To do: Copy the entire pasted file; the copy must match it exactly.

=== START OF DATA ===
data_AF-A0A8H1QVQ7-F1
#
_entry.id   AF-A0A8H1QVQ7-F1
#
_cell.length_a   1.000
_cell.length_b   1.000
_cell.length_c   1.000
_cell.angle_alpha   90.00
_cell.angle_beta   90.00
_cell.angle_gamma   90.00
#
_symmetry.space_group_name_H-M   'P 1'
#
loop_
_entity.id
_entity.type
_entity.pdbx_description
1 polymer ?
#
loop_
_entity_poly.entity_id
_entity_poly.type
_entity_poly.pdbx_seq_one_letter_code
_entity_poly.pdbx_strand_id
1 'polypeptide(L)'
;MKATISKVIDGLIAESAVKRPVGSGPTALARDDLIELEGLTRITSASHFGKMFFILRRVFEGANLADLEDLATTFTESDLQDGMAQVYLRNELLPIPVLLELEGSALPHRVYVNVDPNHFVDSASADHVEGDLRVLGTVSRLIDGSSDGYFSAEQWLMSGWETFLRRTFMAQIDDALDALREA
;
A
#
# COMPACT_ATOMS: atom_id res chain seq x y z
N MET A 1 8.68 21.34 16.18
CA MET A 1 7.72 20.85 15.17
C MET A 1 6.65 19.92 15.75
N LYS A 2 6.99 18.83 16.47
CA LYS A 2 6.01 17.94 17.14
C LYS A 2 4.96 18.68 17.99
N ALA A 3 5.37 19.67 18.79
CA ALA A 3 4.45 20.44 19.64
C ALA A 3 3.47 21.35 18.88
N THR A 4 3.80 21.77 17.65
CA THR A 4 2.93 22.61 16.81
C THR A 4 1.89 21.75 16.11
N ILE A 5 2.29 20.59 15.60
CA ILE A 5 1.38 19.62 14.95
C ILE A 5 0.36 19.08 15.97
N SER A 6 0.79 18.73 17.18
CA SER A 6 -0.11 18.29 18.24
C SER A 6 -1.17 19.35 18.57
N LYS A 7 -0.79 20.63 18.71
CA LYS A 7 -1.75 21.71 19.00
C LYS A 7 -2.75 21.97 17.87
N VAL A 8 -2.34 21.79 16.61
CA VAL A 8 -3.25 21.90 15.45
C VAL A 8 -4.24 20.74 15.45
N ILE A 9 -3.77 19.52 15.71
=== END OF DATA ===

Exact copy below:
data_AF-A0A8H1QVQ7-F1
#
_entry.id   AF-A0A8H1QVQ7-F1
#
_cell.length_a   1.000
_cell.length_b   1.000
_cell.length_c   1.000
_cell.angle_alpha   90.00
_cell.angle_beta   90.00
_cell.angle_gamma   90.00
#
_symmetry.space_group_name_H-M   'P 1'
#
loop_
_entity.id
_entity.type
_entity.pdbx_description
1 polymer ?
#
loop_
_entity_poly.entity_id
_entity_poly.type
_entity_poly.pdbx_seq_one_letter_code
_entity_poly.pdbx_strand_id
1 'polypeptide(L)'
;MKATISKVIDGLIAESAVKRPVGSGPTALARDDLIELEGLTRITSASHFGKMFFILRRVFEGANLADLEDLATTFTESDLQDGMAQVYLRNELLPIPVLLELEGSALPHRVYVNVDPNHFVDSASADHVEGDLRVLGTVSRLIDGSSDGYFSAEQWLMSGWETFLRRTFMAQIDDALDALREA
;
A
#
# COMPACT_ATOMS: atom_id res chain seq x y z
N MET A 1 8.68 21.34 16.18
CA MET A 1 7.72 20.85 15.17
C MET A 1 6.65 19.92 15.75
N LYS A 2 6.99 18.83 16.47
CA LYS A 2 6.01 17.94 17.14
C LYS A 2 4.96 18.68 17.99
N ALA A 3 5.37 19.67 18.79
CA ALA A 3 4.45 20.44 19.64
C ALA A 3 3.47 21.35 18.88
N THR A 4 3.80 21.77 17.65
CA THR A 4 2.93 22.61 16.81
C THR A 4 1.89 21.75 16.11
N ILE A 5 2.29 20.59 15.60
CA ILE A 5 1.38 19.62 14.95
C ILE A 5 0.36 19.08 15.97
N SER A 6 0.79 18.73 17.18
CA SER A 6 -0.11 18.29 18.24
C SER A 6 -1.17 19.35 18.57
N LYS A 7 -0.79 20.63 18.71
CA LYS A 7 -1.75 21.71 19.00
C LYS A 7 -2.75 21.97 17.87
N VAL A 8 -2.34 21.79 16.61
CA VAL A 8 -3.25 21.90 15.45
C VAL A 8 -4.24 20.74 15.45
N ILE A 9 -3.77 19.52 15.71